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Inventory no. 48219 - Epact entry

Epact number: 84682

Astronomical Compendium

Signed by Ulrich Schniep
Dated 1566; Munich
Gilt and silvered brass; 43 mm in diameter

Main text

The maker Ulrich Schniep was based in Munich but, although made in Germany, almost all the inscriptions on this instrument are in Italian and it was presumably specially commissioned.

The compendium includes a nocturnal, a lunar volvelle, a universal equinoctial sundial, a compass and wind rose, and a table of latitudes. It is similar in design to other compendia by Schniep (Epact 84214)



Source museum: Museum of the History of Science, Oxford
Museum number: Inventory no. 48,219



Detailed text

This circular compendium is unusually small in size, with a diameter of just 43 mm and a depth of 13 mm. The instrument has a main drum and a cover, with a swivelling suspension ring. The outside of the drum is decorated with a band of wreath engraving.

With one exception, all of the inscriptions on the instrument are in Italian.

The top cover carries a nocturnal with a fixed calendar scale, each month divided to 10 and 2, and numbered by 10 (adjusted to the length of the month). The south point of the calendar scale (beside the hinge) is approximately February 16.

The volvelle has a scale of hours 3 to 12 to 9 with small projecting teeth. The volvelle is set against the calendar scale by a pointer marked 'A', placed in the middle of the cut away edge of the volvelle corresponding to the daylight hours. An inscription reads 'Quest indice col .A. ha da stare sul didel mezi'. The rotating rule, whose jointed outer part is a replacement, is marked 'B' and also has instructions provided: 'L'indice col .B. Quando e mezzo sul le due stelle posteriori dell Vrsa maggior il monstra l' hore della notte'.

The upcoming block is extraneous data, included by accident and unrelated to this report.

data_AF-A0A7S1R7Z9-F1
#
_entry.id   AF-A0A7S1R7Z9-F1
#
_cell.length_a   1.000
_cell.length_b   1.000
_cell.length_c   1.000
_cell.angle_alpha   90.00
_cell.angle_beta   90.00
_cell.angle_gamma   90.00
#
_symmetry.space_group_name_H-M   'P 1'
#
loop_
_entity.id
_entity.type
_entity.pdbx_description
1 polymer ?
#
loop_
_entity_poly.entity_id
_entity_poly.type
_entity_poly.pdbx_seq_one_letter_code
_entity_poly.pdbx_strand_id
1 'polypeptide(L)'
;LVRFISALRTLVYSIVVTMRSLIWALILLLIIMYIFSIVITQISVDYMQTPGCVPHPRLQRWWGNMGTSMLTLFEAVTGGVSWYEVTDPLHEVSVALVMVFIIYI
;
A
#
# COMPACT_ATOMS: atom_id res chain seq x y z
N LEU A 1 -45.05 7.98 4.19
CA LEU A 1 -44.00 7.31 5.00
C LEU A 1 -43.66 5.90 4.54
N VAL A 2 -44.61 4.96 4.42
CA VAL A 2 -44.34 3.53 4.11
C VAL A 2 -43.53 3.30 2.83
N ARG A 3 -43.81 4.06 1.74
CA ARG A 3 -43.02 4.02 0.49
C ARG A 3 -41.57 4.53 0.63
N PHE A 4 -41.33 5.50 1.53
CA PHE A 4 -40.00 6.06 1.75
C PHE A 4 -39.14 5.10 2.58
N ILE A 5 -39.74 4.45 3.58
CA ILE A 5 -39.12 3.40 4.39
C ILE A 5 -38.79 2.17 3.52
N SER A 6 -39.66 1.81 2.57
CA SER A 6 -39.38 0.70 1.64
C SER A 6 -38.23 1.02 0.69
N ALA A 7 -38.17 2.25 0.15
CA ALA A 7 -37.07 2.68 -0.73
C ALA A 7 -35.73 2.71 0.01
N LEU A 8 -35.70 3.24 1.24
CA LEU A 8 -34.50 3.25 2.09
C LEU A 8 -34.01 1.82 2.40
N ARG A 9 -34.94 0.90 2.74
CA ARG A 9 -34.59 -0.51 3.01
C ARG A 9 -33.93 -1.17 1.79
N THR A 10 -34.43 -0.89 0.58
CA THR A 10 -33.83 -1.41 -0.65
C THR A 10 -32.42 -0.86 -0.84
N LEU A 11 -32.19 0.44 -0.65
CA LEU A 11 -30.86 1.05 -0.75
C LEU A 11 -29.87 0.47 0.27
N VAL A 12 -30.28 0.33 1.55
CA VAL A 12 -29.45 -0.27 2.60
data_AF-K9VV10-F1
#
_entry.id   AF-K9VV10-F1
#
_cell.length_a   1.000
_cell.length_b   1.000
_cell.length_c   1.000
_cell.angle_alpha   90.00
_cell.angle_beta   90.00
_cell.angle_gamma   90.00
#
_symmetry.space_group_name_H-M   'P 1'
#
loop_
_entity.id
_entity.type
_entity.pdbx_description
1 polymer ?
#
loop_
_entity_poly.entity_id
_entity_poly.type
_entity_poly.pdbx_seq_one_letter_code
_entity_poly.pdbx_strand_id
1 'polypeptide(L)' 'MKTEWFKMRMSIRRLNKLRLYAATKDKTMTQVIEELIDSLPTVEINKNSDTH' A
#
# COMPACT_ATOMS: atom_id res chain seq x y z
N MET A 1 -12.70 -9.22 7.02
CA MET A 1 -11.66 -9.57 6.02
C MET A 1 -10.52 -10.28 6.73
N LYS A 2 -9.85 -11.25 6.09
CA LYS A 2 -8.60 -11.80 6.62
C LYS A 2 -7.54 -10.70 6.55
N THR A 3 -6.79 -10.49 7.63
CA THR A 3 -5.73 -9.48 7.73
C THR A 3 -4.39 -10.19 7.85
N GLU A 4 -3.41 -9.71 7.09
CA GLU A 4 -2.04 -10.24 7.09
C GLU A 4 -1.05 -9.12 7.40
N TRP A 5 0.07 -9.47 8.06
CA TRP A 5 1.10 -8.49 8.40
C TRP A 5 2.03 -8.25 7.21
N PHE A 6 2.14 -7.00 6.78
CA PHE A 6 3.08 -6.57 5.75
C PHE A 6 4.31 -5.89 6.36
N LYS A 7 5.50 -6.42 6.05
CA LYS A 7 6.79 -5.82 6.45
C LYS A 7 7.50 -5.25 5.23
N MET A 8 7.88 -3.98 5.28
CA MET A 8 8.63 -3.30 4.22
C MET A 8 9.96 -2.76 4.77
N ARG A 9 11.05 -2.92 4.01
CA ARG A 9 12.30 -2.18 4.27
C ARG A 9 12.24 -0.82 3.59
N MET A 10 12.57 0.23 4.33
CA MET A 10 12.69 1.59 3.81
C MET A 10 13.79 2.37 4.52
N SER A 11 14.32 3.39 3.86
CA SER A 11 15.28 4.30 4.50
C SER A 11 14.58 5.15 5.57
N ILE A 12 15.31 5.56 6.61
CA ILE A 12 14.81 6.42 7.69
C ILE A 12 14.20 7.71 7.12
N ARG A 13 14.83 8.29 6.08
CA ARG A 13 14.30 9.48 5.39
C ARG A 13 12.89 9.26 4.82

The volvelle also has two apertures through which the times of sunrise and sunset are revealed for the latitudes 40, 43 and 46° (see also Epact 33741). The apertures are identified as 'l'orto del sole' and 'l'occaso del sole' and the latitude scales are marked 'l'eleuacio del polo'. The three hour scales revealed by the apertures are divided to |1/4| and numbered every 30 minutes. Values in minutes are given for the earliest and latest times of sunrise.

The reverse of the cover has a lunar volvelle. There is an outer scale of hours I to XII, I to XII and the silvered volvelle is cut away around a pointer marked 'C' to reveal a scale for the age of the moon 0 to 28 [29|1/2|]. The volvelle is captioned 'INDEX .C. DIERVM AETATIS LVNAE' (the only inscription not in Italian) and its scale of hours runs 3 to 12 to 9. There is a circular aperture to reveal a diagram of the phases of the moon and an aspectarium with the symbols for conjunction, trine, quadrature and sextile.

Folding into the drum of the main box is a universal equinoctial sundial. It has a cross piece gnomon and a silvered hour ring 1 to 12, 1 to 12, around which is a sliding brass ring marked 1 to 24 for Italian hours. The underside of the hour ring is signed 'Horologio Generale Fatto monaco per maistro Vdalricus Schniepp anno . 1566 .'

The hour ring is set for latitude against a silvered folding arc with a scale of degrees for the pole's zenith distance 0 to 80, divided to 10, 5 and 1, and numbered by 10.

The main box contains a compass and wind rose. The compass bowl is 16 mm in diameter and its silvered base plate has a single arrow line to indicate the meridian. The wind rose gives the name of the eight Italian winds and the weather they bring. Set against the edge of the compass bowl in the portion for 'LEVECHO' is a scale of degrees 75 to 90 to 30, divided to 10 and 2, and numbered by 10.

The base of the instrument carries a circular table of the latitudes of 32 places titled 'l'eleuacio del polo artcicus'.

Stephen Johnston

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